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Used car review Ford Falcon EL 1996-1998

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Graham 'Smithy' Smith reviews the used Ford Falcon EL 1996-1998, its fine points, its flaws and what to watch for when you're buying it.

Ford ruled the road when the EL Falcon was launched in 1996. The company had assumed the top sales spot in the early 1980s and cruised into the 1990s still comfortably ahead of archrival Holden, which was recovering from its financial meltdown in the mid-1980s.

The EL was the last in the line of aerodynamic Falcons that began with the EA in 1988, and arguably the best. It was also the last model before the ill-fated AU, which sent Ford into a financial tailspin that rivalled Holden’s of a decade earlier.


Ford spent $40 million on what was a comprehensive facelift designed to fix the problems that had plagued the all models of the Falcon since the EA, including the EF that immediately preceded the EL.

Compared to the EF there was a number of relatively minor cosmetic changes, including new grilles, headlamps, bumpers, tail lights and wheel trims.

Thicker, tinted glass and added dash insulation reduced noise inside the Falcon, while new seats increased headroom, which made it more comfortable for taller drivers.

While the external changes were welcome the big improvements on the EL were underneath where changes to the suspension and steering dramatically improved the handling.

The EF had been criticised for a handling imbalance that made it seem as though the front and rear were having a domestic dispute and weren’t talking to each other.

The problem was that the rear suspension roll rate was markedly different to the front roll rate which manifested itself in the feeling that the car was lurching into oversteer when changing direction. The perception was worse than the reality, but it was enough for many customers to feel uncomfortable and the complaints rolled in.

Ford responded by lowering the rear roll centre and altering the geometry of the front suspension to improve the steering response. Other changes to the front suspension bushes, shock absorbers, and steering made the handling more linear.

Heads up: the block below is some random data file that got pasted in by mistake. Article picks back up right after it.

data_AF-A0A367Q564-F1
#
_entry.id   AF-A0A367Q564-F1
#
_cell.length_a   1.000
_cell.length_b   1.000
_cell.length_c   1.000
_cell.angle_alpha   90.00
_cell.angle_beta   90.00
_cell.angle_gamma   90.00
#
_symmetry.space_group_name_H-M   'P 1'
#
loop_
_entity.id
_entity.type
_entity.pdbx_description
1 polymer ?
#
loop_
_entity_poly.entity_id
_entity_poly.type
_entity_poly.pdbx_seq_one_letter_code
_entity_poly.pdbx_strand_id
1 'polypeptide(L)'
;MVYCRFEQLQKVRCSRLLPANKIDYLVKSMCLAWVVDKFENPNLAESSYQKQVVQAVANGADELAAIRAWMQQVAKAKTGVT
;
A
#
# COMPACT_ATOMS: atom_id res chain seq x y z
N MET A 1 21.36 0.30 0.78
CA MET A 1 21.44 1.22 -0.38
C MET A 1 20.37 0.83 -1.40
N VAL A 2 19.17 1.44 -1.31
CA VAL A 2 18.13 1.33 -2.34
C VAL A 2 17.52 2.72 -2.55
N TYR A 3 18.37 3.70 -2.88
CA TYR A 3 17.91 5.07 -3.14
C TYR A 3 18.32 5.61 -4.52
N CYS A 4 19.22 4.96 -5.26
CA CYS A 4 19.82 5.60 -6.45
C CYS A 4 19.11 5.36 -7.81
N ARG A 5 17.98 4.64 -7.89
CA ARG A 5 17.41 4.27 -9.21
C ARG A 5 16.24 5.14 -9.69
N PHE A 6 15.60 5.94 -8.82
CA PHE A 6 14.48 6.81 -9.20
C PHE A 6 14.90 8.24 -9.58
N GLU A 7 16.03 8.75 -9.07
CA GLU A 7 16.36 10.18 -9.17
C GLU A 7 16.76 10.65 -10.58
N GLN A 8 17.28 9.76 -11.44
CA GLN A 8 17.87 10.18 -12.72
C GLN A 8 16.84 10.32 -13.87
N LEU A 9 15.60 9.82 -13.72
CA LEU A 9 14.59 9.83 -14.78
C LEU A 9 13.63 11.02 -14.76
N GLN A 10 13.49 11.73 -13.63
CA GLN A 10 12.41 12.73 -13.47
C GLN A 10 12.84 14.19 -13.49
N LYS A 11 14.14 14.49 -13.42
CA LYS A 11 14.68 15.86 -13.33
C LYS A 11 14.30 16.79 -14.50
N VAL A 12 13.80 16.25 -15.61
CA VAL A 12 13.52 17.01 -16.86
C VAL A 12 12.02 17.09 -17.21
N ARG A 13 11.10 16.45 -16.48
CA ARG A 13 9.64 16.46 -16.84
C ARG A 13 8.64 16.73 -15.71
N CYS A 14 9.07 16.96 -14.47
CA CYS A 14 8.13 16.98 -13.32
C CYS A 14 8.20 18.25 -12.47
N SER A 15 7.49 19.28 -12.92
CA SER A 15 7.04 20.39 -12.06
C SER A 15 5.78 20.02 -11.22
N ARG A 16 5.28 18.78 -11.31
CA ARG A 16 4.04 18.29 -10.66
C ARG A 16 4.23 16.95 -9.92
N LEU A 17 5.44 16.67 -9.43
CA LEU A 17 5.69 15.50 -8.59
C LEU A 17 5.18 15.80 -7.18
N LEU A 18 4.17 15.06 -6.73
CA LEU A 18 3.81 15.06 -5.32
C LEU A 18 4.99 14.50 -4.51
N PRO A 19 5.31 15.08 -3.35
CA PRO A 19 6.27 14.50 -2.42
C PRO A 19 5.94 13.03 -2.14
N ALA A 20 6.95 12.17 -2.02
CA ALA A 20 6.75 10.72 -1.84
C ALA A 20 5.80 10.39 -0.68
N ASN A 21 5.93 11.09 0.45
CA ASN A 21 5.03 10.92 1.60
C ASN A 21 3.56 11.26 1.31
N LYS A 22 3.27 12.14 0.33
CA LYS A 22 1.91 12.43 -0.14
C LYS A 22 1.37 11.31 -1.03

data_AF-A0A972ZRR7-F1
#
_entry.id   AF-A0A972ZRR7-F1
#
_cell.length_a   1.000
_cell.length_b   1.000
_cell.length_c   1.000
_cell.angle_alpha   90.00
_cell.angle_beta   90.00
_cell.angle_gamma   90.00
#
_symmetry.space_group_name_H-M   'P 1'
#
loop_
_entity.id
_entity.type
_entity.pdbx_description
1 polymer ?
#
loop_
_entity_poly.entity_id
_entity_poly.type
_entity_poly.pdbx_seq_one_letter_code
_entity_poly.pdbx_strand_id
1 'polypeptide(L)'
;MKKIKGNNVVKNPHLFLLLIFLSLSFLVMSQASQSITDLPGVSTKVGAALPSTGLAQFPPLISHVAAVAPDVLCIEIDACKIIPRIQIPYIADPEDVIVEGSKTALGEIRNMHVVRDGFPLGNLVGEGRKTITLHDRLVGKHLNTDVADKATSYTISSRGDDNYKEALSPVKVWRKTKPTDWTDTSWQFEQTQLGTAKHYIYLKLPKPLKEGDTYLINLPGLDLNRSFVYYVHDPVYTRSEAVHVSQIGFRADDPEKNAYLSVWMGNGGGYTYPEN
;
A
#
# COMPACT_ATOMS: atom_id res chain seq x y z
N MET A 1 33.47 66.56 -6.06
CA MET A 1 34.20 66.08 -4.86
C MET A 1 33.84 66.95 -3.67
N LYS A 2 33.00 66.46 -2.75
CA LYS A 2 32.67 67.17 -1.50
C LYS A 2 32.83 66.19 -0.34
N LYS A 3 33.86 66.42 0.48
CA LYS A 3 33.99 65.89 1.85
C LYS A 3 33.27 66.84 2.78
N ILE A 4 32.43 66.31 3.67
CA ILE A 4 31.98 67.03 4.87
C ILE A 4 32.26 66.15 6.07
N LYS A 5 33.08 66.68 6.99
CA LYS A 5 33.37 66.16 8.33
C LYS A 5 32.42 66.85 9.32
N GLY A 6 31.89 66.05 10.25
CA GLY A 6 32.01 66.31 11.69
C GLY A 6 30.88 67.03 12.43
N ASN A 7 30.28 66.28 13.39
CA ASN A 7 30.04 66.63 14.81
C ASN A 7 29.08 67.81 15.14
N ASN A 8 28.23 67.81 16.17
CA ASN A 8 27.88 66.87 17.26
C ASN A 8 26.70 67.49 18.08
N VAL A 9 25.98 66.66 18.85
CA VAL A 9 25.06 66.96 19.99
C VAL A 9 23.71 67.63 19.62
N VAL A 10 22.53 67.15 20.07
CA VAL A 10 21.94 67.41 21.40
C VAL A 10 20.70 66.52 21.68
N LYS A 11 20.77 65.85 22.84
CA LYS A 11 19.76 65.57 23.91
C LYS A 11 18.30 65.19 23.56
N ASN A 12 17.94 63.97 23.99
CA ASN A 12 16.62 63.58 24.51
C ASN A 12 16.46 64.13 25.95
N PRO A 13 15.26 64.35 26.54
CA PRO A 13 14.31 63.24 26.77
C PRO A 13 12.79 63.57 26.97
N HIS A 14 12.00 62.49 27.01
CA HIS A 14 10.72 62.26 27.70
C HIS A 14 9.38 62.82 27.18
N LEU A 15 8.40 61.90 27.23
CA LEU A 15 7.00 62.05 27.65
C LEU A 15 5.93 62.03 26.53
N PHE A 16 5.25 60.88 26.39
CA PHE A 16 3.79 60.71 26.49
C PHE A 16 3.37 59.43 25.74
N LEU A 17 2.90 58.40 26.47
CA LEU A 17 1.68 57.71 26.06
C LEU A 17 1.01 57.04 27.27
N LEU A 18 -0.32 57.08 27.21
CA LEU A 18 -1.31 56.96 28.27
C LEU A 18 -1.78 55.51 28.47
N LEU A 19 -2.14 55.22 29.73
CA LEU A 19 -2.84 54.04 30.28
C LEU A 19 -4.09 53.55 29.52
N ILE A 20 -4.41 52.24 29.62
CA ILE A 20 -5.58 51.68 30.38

It was a major improvement and the EL felt much more stable on the road.

Ford offered a choice of two familiar engines. There was the 4.0-litre single overhead camshaft six-cylinder engine that had an alloy cylinder head and fuel injection and produced 157 kW at 4900 revs and 357 Nm at 3000 revs.

The other was a 5.0-litre overhead valve V8. It was also fuel-injected and boasted 165 kW at 4500 revs and 388 Nm at 3000 revs.

It was possible to link the six to a five-speed manual gearbox, but most buyers opted for the four-speed auto. The only choice for V8 buyers was a four-speed auto.

On the road the Falcon six delivered heaps of torque, which made it easy to drive and great for towing, while delivering reasonable fuel consumption for the time. A GLi sedan would typically return around 12.0 L/100 km in city traffic and 8.0 L/100 km when cruising the highway, while the V8 would do 14.5 L/100 km and 9.0 L/100 km under similar conditions.

The Falcon model range kicked off with the GLi sedan and wagon, which came with a decent array of standard equipment for the time, including power mirrors, cloth trim, lumbar adjustment in the front seats and remote central locking with an engine immobiliser.

Move up the range to the Futura and you got cruise, ABS, and power front windows.

Then there was the prestige Fairmont, which came with alloy wheels, auto air, trip computer, six-speaker sound, and power windows front and rear.

Next came the Fairmont Ghia that had a more powerful, 162 kW engine, nine-speaker sound system, six-stack CD player, LSD, leather trim and lashings of chrome.


Pay $4000-$7500 for a GLi sedan, add $500 for a wagon. Add $750 for a Futura, $1000 for a Fairmont, $1500 for a Fairmont Ghia.


The EL is fundamentally sound. Without abusing them it’s really hard to kill them off, but irritating little things that stemmed from questionable build quality and development shortcomings also plagues them.

Check everything on the car to make sure they work, from lights to wipers, radio, heater, and air-conditioning.

Falcons of the era are renowned for problems with the air-conditioning controls and they’re expensive to replace so make sure all is well there.

There are also reports of the door locks opening by themselves on hot days. It was more of a problem on earlier models, but reports still come in about the EL, which suggests it too had problems.

The six-cylinder engine is prone to head gasket leaks, even with as few as 50,000 km on the odometer. Water pumps can also be a problem so check to make sure there are no signs of coolant in the oil and the temperature gauge is sitting where it should. Water pumps can give trouble, and oil leaks are common from the rear main bearing seal and the timing cover seal.

The four-speed electronic auto transmission is a problem area depending on use. The transmission carries barely enough oil for the job and it’s not uncommon to see them being rebuilt after 140,000-150,000 km. Signs of problems can be flaring on upshifts and a reluctance to engage top gear.

Brake wear is a problem. To achieve short stopping distances, most manufacturers, Ford included, fit the cars with hard brake pads and soft disc rotors. This means it’s usually necessary to replace the disc rotors at the same time the pads are replaced, which occurs at intervals of 50,000-60,000 km. Most mechanics replace the factory-fitted pads with softer equivalents, which extends the disc life and makes ongoing maintenance less expensive.